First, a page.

Researchers have looked past the negative connotations carried by ketamine — popularly known as a party drug — to help Wisconsin residents with severe depression battle the worst of symptoms.
There is currently a one-third success rate among those who have been treated, Steven Garlow, a psychiatrist at UW Health who has now been treating patients with Ketamine since 2012, said. This is comparable to the success rate as other commonly used antidepressants on the market which, according to the National Institute of Mental Health, is at around 30 percent.
What has set ketamine apart from other drugs is that it starts to show effects in patients within hours of consumption with few side-effects, Wired Magazine contributor Moises Velazques-Manof wrote.
This research, however, has come with pushback and doubt from both the public and medical community.
Ketamine, when abused, can be highly addictive, and aside from its recreational uses, the drug has also come to be known as an effective date-rape drug due to its hallucinogenic properties.
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On campus, according to the University of Wisconsin Police Department, there has not been a presence of ketamine, or at least not enough to raise concern within the police department.
“We have been lucky that the campus has not seen a large presence of date-rape drugs like ketamine used for those purposes,” UWPD communications director Mark Lovicott said.
According to a report made by JAMA Psychiatry on the use of ketamine in mood disorders, aside from the public concern on ketamine, prolonged usage could potentially have physical side-effects like high blood-pressure due to the lack of long-term research.
Regardless of the unsettledness, Garlow said the benefits and successes of this treatment give it more of a merit than a fault.
“I went into this with a high degree of skepticism,” Garlow said. “My expectation was that we will treat a couple of patients, prove to myself that it doesn’t work and then move on from it. Most of the group of the first 10 or so patients we treated with it had really good responses to it.”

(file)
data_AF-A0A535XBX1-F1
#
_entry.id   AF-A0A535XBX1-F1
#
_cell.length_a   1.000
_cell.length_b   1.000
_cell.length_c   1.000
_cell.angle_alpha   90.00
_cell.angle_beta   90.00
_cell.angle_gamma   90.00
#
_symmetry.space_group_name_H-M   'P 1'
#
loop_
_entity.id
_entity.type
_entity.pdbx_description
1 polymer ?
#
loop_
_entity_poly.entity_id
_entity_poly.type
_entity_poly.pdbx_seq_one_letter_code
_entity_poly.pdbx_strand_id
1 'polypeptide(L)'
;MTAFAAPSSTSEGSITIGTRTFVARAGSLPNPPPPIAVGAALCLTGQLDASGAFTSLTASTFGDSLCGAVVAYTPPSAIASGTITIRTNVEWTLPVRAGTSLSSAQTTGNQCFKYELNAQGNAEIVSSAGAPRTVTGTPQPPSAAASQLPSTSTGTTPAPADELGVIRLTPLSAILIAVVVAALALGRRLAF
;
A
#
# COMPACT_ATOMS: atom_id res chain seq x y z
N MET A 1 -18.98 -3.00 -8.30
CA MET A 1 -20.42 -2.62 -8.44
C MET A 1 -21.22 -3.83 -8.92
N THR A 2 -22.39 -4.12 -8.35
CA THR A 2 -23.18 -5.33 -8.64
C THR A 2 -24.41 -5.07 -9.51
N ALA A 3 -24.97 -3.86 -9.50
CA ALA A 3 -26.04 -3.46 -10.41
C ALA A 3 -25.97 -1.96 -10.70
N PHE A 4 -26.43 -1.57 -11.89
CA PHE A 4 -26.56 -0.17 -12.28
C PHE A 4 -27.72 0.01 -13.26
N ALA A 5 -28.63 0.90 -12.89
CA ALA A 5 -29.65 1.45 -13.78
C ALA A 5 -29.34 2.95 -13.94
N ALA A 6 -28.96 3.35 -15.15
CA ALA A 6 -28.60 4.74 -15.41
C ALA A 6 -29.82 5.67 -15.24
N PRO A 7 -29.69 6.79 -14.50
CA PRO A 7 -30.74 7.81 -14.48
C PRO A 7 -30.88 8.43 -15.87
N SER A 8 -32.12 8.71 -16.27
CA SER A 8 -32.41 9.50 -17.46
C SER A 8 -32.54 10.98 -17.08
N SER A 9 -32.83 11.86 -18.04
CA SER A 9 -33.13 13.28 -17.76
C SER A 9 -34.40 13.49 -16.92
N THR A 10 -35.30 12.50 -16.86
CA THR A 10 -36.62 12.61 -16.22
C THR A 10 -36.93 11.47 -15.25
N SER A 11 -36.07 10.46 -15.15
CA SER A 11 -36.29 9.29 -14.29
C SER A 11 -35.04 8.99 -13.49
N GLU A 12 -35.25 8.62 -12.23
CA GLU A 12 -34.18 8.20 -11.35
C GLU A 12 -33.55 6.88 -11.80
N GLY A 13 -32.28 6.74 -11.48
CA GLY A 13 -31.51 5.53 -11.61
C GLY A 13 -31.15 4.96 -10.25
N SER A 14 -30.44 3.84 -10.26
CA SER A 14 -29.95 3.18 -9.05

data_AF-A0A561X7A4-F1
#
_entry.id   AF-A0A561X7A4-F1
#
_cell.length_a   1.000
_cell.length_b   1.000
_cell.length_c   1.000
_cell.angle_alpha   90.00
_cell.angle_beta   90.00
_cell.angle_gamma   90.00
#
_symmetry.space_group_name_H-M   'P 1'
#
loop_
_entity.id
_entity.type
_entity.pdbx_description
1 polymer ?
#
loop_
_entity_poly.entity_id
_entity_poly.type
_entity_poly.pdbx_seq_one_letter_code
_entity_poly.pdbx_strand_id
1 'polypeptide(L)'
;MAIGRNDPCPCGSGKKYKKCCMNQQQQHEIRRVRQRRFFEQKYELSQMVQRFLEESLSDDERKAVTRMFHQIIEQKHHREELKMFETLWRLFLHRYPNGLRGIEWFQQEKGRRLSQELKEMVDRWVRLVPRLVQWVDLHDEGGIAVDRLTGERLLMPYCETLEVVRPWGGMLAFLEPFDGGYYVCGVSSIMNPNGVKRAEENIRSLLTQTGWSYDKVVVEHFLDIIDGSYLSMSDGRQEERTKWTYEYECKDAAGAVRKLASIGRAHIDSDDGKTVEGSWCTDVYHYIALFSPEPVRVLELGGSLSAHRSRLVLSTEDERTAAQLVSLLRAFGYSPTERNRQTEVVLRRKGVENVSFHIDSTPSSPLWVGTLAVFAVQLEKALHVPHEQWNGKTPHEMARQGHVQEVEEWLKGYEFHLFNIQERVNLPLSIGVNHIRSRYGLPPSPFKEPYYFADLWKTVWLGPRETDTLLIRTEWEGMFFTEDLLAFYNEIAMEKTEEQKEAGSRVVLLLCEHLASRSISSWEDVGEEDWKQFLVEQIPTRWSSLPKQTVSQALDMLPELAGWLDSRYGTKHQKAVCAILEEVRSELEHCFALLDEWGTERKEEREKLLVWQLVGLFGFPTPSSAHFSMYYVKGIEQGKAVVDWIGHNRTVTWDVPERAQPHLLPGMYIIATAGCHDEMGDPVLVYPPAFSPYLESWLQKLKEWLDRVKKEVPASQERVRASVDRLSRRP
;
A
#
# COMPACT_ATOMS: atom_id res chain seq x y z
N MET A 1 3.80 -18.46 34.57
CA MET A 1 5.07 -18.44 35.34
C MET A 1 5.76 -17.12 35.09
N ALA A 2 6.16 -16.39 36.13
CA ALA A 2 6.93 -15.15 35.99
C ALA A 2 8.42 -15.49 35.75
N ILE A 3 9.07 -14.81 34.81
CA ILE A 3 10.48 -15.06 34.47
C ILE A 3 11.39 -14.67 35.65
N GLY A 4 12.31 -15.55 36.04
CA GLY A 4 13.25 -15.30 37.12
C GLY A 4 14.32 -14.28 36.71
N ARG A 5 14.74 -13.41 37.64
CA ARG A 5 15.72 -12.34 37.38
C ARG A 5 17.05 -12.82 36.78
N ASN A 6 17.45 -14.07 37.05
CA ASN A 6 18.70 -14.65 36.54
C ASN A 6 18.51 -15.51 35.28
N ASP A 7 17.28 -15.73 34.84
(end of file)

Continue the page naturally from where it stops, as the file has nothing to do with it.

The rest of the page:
Ketamine for medical use is also not uncommon. According to an essay written by researchers in the University of Michigan on the evolvement of ketamine since it’s discovery, it has been approved by the FDA and used as an anesthetic, even for children, since the 1970s.
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The infusions are most commonly done through an IV under the supervision of professionals at very low doses of .5 milligrams per kilogram. Any of the “high” effects the drug has would wear off prior to leaving the medical building — patients who are going through this treatment are not doing it to get high; they are severely depressed candidates whose only goal is to get better, Garlow said.
“For the patients that I have treated, that part [of the drug] has never come up,” Garlow said. “They don’t view it in any way recreationally … the ones that it has worked for, they are very respectful and protective of it because they’re better.”
His patients worry that the negative views on ketamine may delay the process for the medicine to become more readily available.
Though it is uncertain why this drug works, there are currently several ongoing research projects into ketamine’s treatment of other health issues like ketamine as a rapid Treatment for PTSD, sponsored by the U.S. Department of Defense, Ketamine Infusion for Social Anxiety Disorder, sponsored by Yale University and Ketamine for Chronic Pain, sponsored by the Netherlands Department of Anesthesiology.
As far as future plans and a timeline for ketamine to become more accessible as an antidepressant, Janssen Pharmaceuticals is currently in the process of getting FDA approval on a synthesized version of ketamine for treating depression.
“This could be passed and available as early as next year,” Garlow said.